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At Work Drivers Are Different

It’s the sort of comment you hear in a lively discussion about driving down at the pub. You might have even uttered it yourself in a moment of weakness on the road, having witnessed a poor bit of driving: “And they call themselves professional drivers.”

It’s perhaps understandablBusinesswoman drinking coffee while drivinge that some drivers view those who drive for a living as infallible but of course at-work drivers in general are under far more pressure than the ordinary motorist who is just involved in a trip to the supermarket.

As human beings we’re vulnerable enough already while we’re driving – it’s a well known fact that in 95% of on-road collisions human error was the principal cause – so adding the responsibility of being at work while driving inevitably ups the stakes.

Hardly surprising then that a third of all road traffic incidents are thought to involve people who are at work.  Also, it’s been established that employees who drive in the course of their working day are 49% more likely to be involved in an incident than other road users who are not working [*Department for Transport].

There are a couple of key differences between the ordinary motorist and occupational drivers that we must bear in mind.

First of all, many people who have to drive for work do so on unfamiliar roads.  Most of us will have had the experience of driving on unfamiliar roads from time to time, such as when we go on holiday.  A good example is when we find ourselves at a roundabout and we panic while looking for the correct exit. Often we hand over control to the SatNav and let it tell us where to turn off.

Each instance of having to make a hurried or unexpected decision can take our attention from our surroundings for long enough to be caught up in an incident.  Making assumptions is a dangerous premise but in this case I think it’s reasonable to assume that making a decision as to which turning to take in busy traffic is just as distracting as being in the middle of a mobile phone call.  So it’s easy to work out where a sizeable amount of distraction arises for occupational drivers.

Another crucial, risk-elevating factor for the at-work driver is that they’re almost always under some form of time pressures to get the job done. Time constraints are something that the driver’s employer must be aware of and expectations for task completion should therefore be realistic, with driver safety always being the guiding principal.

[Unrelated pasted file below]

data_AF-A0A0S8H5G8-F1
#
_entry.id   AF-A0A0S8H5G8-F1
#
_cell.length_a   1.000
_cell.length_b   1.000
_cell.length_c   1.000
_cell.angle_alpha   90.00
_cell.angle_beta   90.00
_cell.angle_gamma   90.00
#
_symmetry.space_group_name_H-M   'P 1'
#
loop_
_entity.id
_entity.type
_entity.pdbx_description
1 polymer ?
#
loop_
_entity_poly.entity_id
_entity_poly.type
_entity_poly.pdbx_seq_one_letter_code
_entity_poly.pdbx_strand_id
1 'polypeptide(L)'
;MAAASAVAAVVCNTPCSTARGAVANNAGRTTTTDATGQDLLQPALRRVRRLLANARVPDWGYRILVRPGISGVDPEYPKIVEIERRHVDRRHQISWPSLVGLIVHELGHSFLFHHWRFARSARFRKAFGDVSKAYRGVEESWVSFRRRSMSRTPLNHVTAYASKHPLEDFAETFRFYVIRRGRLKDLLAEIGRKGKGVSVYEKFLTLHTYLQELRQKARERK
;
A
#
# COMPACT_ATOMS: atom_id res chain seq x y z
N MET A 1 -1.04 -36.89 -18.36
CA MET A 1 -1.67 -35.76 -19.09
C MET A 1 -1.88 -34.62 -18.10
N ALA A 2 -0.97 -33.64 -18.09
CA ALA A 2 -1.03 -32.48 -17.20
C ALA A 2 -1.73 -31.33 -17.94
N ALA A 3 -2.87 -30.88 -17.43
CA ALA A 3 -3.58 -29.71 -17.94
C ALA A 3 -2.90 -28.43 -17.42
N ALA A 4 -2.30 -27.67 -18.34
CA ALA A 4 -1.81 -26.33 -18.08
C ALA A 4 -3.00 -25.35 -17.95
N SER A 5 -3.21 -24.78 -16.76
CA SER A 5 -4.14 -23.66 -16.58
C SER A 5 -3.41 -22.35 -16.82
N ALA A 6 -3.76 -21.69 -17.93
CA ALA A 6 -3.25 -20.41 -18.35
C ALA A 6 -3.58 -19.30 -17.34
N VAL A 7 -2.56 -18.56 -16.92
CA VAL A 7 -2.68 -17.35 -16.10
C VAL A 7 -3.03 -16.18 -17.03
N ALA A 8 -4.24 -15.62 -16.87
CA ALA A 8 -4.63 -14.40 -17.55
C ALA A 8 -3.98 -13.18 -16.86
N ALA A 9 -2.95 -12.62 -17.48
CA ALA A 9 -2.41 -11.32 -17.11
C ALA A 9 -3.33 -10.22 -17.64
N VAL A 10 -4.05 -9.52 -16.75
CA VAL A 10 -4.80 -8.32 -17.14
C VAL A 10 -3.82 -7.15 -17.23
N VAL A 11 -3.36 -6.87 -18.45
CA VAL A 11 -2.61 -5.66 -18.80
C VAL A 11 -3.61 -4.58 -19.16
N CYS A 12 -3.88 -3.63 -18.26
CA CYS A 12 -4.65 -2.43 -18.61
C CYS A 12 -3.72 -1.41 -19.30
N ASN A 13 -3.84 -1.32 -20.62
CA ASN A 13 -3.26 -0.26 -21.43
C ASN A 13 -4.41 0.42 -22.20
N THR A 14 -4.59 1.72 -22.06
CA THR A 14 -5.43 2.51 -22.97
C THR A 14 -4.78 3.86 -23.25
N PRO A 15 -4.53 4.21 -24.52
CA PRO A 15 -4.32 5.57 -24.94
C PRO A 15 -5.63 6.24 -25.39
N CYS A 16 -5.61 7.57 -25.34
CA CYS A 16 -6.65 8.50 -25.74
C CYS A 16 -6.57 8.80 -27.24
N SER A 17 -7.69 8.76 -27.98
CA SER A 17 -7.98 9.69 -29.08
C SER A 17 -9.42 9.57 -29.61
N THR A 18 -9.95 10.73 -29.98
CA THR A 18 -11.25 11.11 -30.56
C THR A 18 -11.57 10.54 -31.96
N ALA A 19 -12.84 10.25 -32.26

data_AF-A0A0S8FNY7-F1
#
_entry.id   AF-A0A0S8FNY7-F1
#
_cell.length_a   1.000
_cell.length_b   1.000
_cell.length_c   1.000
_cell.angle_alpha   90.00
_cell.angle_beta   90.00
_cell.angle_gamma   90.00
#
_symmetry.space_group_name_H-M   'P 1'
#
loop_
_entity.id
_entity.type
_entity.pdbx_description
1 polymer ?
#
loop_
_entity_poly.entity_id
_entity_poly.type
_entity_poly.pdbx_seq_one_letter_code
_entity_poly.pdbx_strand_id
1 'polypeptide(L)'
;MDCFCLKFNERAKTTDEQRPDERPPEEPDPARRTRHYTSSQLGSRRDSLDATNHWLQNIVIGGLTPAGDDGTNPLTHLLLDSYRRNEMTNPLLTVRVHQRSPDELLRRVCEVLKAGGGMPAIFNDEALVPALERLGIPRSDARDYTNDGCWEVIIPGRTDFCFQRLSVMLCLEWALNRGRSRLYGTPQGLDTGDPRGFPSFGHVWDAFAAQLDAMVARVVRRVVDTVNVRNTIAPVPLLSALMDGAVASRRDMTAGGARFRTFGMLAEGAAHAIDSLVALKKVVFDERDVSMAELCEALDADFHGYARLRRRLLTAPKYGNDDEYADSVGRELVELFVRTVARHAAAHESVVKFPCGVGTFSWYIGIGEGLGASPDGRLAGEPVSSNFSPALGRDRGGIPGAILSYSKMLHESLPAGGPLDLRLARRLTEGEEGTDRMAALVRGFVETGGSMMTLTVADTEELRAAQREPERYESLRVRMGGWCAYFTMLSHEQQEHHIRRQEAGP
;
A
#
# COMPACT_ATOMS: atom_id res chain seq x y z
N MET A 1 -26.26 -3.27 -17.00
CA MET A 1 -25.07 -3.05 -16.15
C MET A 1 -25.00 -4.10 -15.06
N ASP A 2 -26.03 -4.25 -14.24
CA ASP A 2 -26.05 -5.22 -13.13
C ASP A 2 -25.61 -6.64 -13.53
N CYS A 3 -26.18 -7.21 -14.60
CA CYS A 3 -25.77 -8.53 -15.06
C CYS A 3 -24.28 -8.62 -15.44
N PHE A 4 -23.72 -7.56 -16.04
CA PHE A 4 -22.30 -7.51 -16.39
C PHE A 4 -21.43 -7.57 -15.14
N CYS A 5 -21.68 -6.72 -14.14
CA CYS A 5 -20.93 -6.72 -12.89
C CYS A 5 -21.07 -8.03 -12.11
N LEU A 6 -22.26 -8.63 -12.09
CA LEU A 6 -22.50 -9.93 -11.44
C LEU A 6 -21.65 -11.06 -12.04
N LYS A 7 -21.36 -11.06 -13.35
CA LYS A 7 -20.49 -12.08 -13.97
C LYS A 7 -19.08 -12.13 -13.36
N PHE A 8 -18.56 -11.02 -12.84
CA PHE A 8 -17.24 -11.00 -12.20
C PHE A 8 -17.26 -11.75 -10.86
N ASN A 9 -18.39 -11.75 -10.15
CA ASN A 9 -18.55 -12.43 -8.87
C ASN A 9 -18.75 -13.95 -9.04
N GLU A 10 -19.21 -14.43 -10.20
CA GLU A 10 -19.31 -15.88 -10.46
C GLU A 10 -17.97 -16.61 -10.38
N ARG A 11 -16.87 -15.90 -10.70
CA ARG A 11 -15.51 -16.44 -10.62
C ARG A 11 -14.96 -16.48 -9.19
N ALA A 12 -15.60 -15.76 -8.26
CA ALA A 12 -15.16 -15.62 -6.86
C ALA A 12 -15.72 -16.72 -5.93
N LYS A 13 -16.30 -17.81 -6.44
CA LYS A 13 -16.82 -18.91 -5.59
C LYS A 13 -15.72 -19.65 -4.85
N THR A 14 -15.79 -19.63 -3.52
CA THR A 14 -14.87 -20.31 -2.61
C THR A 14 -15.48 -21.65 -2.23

But there are things that occupational drivers can do to help themselves as well.  Firstly proper journey planning will ensure that weather, traffic delays and major events are taken account of to optimise the route.  These days it’s possible to get a great deal of accurate information on the web or via the broadcast media, so there really is no excuse. It just means taking an extra 10 minutes planning time before setting out.

However, more than anything else, the main thing a professional driver can do is to take an extra moment to think before acting.  When you’re in unfamiliar territory and you’re under pressure time-wise, it’s very tempting to put your foot down and go when you think you see a gap.  In fact, if you have to pause to think at all, you shouldn’t be carrying out that manoeuvre in the first place.

Accept that if you miss that gap it doesn’t matter.  It’s far more important to control your emotions on the road than letting them control you.  You may feel anxious at times and that’s exactly when you need to take that extra second and wait for the next, larger gap in traffic, rather than take a chance.  After all you’re being paid to do a job, a job where the vehicle is a constituent part. It’s not worth risking serious injury, or worse, at any time………. let alone when you’re at work.

It’s also worth remembering that sometimes we see what we want to see and miss important things such as bicycles, motorcycles, pedestrians and even other vehicles.  If you’re a professional driver you’ll do yourself, your loved ones, and maybe even a complete stranger, a favour by taking a moment longer at crucial points on each journey.  It may just take the blink of an eye but it could be the best decision you’ve ever made behind the wheel.

References

*Department of Transport, An In-Depth Study of Work-related Road Traffic Accidents, Road Safety Research Report No. 58, 2005

Driving Risk Management Ltd

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